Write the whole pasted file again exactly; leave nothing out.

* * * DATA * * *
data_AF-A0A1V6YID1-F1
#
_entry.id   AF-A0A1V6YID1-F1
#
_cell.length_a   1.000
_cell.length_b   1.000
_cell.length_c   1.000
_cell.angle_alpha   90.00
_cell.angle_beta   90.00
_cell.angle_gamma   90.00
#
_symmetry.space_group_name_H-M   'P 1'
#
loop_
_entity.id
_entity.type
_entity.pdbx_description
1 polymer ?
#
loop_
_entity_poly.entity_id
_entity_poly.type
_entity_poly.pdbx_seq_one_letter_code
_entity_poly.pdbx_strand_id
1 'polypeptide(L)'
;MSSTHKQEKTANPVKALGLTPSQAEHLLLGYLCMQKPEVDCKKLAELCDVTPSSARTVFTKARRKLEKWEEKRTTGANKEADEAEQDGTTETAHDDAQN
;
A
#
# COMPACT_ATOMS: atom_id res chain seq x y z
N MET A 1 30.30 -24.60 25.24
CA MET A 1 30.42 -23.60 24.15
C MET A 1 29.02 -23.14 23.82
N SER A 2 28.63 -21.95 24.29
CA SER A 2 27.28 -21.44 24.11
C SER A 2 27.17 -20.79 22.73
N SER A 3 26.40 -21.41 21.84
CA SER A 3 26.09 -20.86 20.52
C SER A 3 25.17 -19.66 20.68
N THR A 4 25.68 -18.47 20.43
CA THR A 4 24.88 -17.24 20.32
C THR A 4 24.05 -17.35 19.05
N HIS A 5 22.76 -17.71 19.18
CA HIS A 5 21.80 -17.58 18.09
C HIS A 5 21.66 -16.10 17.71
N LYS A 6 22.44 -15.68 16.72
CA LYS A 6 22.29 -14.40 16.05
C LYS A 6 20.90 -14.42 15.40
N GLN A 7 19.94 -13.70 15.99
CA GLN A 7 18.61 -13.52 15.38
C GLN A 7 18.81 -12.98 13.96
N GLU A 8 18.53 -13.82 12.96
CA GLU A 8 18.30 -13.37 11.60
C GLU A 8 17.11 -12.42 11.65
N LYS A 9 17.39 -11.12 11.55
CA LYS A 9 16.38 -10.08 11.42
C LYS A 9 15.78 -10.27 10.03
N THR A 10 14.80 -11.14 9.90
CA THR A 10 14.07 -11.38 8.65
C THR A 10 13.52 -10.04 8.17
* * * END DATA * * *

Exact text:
data_AF-A0A1V6YID1-F1
#
_entry.id   AF-A0A1V6YID1-F1
#
_cell.length_a   1.000
_cell.length_b   1.000
_cell.length_c   1.000
_cell.angle_alpha   90.00
_cell.angle_beta   90.00
_cell.angle_gamma   90.00
#
_symmetry.space_group_name_H-M   'P 1'
#
loop_
_entity.id
_entity.type
_entity.pdbx_description
1 polymer ?
#
loop_
_entity_poly.entity_id
_entity_poly.type
_entity_poly.pdbx_seq_one_letter_code
_entity_poly.pdbx_strand_id
1 'polypeptide(L)'
;MSSTHKQEKTANPVKALGLTPSQAEHLLLGYLCMQKPEVDCKKLAELCDVTPSSARTVFTKARRKLEKWEEKRTTGANKEADEAEQDGTTETAHDDAQN
;
A
#
# COMPACT_ATOMS: atom_id res chain seq x y z
N MET A 1 30.30 -24.60 25.24
CA MET A 1 30.42 -23.60 24.15
C MET A 1 29.02 -23.14 23.82
N SER A 2 28.63 -21.95 24.29
CA SER A 2 27.28 -21.44 24.11
C SER A 2 27.17 -20.79 22.73
N SER A 3 26.40 -21.41 21.84
CA SER A 3 26.09 -20.86 20.52
C SER A 3 25.17 -19.66 20.68
N THR A 4 25.68 -18.47 20.43
CA THR A 4 24.88 -17.24 20.32
C THR A 4 24.05 -17.35 19.05
N HIS A 5 22.76 -17.71 19.18
CA HIS A 5 21.80 -17.58 18.09
C HIS A 5 21.66 -16.10 17.71
N LYS A 6 22.44 -15.68 16.72
CA LYS A 6 22.29 -14.40 16.05
C LYS A 6 20.90 -14.42 15.40
N GLN A 7 19.94 -13.70 15.99
CA GLN A 7 18.61 -13.52 15.38
C GLN A 7 18.81 -12.98 13.96
N GLU A 8 18.53 -13.82 12.96
CA GLU A 8 18.30 -13.37 11.60
C GLU A 8 17.11 -12.42 11.65
N LYS A 9 17.39 -11.12 11.55
CA LYS A 9 16.38 -10.08 11.42
C LYS A 9 15.78 -10.27 10.03
N THR A 10 14.80 -11.14 9.90
CA THR A 10 14.07 -11.38 8.65
C THR A 10 13.52 -10.04 8.17